• Following this, our certified Solar Technicians are dispatched via ERP to install solar home systems at rural customer’s home or microenterprise. The technicians (who are now more than 100) are recruited and trained in rural areas where we provide a loan to successful graduates, who purchase a complete tool kit and begin work. Simpa guarantees a minimum number of installation and service calls to each Solar Technician, providing some security of income as the newly trained technician embarks on their new career.”

For three years since 2010, Simpa Networks developed its technology and started distributing its products in Karnataka through its partner Selco India. In 2013, the team outsourced production to two partners in China and Bengaluru and expanded its market to Uttar Pradesh (which counts nearly half of India’s 400 million energy-poor), where they now serve eight districts.


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Simpa’s most popular line of products is ‘Turbo’, launched in September 2014, which makes up more than 90 per cent of their sales. Paul tells us that “this set of solar home system products was catered after months of interviewing customers and relaying their feedback to our hardware and software teams. The solar home system contains a 40W panel, three lights, one fan and two mobile charge points. The system runtime is 12 hours and uses 110 Wh.” He goes on to explain that another important innovation they have introduced is the ‘Flexi’ Plan’, “which allows the customer to buy back the system after six months into the contract, allowing the customer a larger degree of flexibility.”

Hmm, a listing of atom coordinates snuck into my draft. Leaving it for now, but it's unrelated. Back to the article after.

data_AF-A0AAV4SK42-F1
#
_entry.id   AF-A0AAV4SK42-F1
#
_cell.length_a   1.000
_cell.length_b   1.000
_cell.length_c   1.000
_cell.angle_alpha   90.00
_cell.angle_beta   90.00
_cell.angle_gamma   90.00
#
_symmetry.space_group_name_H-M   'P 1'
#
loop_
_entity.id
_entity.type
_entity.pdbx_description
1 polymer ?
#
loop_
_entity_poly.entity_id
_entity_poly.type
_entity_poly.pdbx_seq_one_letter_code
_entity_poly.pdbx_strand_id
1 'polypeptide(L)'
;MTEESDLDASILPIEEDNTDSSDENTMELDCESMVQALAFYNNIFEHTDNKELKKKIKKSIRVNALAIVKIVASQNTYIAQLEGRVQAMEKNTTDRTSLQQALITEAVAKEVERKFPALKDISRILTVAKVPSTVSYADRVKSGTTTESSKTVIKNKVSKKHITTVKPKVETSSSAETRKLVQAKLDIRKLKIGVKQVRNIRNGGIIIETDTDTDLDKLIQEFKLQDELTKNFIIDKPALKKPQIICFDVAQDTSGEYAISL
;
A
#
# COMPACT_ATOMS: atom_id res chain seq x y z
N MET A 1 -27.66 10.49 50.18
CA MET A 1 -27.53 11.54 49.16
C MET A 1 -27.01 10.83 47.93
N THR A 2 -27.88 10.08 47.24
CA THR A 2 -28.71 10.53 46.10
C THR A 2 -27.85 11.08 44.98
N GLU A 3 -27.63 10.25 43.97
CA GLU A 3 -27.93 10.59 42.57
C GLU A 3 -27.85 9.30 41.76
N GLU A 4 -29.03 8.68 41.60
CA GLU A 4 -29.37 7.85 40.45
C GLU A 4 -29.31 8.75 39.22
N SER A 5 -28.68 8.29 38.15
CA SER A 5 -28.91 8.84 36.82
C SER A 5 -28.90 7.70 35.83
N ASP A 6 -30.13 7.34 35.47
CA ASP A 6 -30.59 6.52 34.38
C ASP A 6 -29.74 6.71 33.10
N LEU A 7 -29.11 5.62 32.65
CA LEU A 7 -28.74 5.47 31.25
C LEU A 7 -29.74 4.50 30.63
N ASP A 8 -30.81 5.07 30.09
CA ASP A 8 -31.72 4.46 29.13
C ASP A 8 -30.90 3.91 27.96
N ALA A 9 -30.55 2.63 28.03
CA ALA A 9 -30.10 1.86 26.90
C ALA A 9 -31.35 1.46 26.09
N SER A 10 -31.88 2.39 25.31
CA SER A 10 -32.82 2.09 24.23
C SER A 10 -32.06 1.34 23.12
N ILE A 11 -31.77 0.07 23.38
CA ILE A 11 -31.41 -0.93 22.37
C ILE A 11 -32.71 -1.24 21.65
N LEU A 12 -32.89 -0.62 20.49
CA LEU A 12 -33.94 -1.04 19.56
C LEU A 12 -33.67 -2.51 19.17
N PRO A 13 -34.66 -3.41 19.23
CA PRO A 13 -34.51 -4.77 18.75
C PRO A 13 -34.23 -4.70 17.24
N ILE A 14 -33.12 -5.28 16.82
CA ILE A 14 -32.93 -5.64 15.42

Simpa has still room for improvement when it comes to deliveries and meeting the increasing demand efficiently. “Suppliers sometime don’t deliver on time, so now we are working on developing relationships with multiple suppliers for all components,” says Paul. He also adds, “Sales can grow faster than our ability to service. It’s easier to find customers than it is to recruit and train rural solar technicians. To address this, we are continually running training programs for our village level entrepreneurs and solar technicians, creating incentives for them to aim higher and achieve larger targets than the prior month.


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In December 2014, Simpa Networks (which is backed by Khosla Impact, Village Capital, Sorenson Foundation, Hilti Foundation, Asian Development Bank, DOEN Foundation, Arc Finance, Invested Development, Schneider Electric, the International Finance Corporation, GDF Suez and the Overseas Private Investment Corporation) raised $4 million commercial debt financing from OPIC and GDF Suez. When asked why they opted for debt funding, Paul said, “Historically, Simpa used equity and grants to finance this CAPEX. However, our sustainable operating model uses consistent cash flows categorized as regular payments, and the stability of these cash flows allows for debt financing being easily suited to this model.” He continues, “We own the solar home systems which we lease to our customers which appear in our books as fixed assets. These revenue generating assets are capitalized and depreciated. We need capital to invest in these assets, a need which grows over time.”

Surfing the wave of their achievements, the team says that by 2019 they want to reach one million customers with solar rooftops.

For more information check their website.